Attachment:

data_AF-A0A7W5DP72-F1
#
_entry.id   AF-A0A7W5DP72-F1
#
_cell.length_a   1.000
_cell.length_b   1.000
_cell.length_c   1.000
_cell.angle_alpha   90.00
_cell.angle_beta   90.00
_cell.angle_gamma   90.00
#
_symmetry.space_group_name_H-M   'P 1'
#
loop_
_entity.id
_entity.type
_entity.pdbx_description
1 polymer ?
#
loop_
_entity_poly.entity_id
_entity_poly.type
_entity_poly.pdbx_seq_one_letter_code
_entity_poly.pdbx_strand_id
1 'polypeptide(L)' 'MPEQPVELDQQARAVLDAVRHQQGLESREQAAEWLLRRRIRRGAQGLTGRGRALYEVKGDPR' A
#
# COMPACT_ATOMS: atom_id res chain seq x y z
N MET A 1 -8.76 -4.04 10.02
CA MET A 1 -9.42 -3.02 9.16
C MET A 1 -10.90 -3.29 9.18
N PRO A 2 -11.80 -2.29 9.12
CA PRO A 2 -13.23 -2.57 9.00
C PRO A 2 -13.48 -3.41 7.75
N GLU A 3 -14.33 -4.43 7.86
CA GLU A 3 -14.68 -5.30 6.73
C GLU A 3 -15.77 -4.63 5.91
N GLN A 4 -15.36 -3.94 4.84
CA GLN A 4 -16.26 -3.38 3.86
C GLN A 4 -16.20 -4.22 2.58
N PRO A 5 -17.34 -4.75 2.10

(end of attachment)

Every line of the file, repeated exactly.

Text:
data_AF-A0A7W5DP72-F1
#
_entry.id   AF-A0A7W5DP72-F1
#
_cell.length_a   1.000
_cell.length_b   1.000
_cell.length_c   1.000
_cell.angle_alpha   90.00
_cell.angle_beta   90.00
_cell.angle_gamma   90.00
#
_symmetry.space_group_name_H-M   'P 1'
#
loop_
_entity.id
_entity.type
_entity.pdbx_description
1 polymer ?
#
loop_
_entity_poly.entity_id
_entity_poly.type
_entity_poly.pdbx_seq_one_letter_code
_entity_poly.pdbx_strand_id
1 'polypeptide(L)' 'MPEQPVELDQQARAVLDAVRHQQGLESREQAAEWLLRRRIRRGAQGLTGRGRALYEVKGDPR' A
#
# COMPACT_ATOMS: atom_id res chain seq x y z
N MET A 1 -8.76 -4.04 10.02
CA MET A 1 -9.42 -3.02 9.16
C MET A 1 -10.90 -3.29 9.18
N PRO A 2 -11.80 -2.29 9.12
CA PRO A 2 -13.23 -2.57 9.00
C PRO A 2 -13.48 -3.41 7.75
N GLU A 3 -14.33 -4.43 7.86
CA GLU A 3 -14.68 -5.30 6.73
C GLU A 3 -15.77 -4.63 5.91
N GLN A 4 -15.36 -3.94 4.84
CA GLN A 4 -16.26 -3.38 3.86
C GLN A 4 -16.20 -4.22 2.58
N PRO A 5 -17.34 -4.75 2.10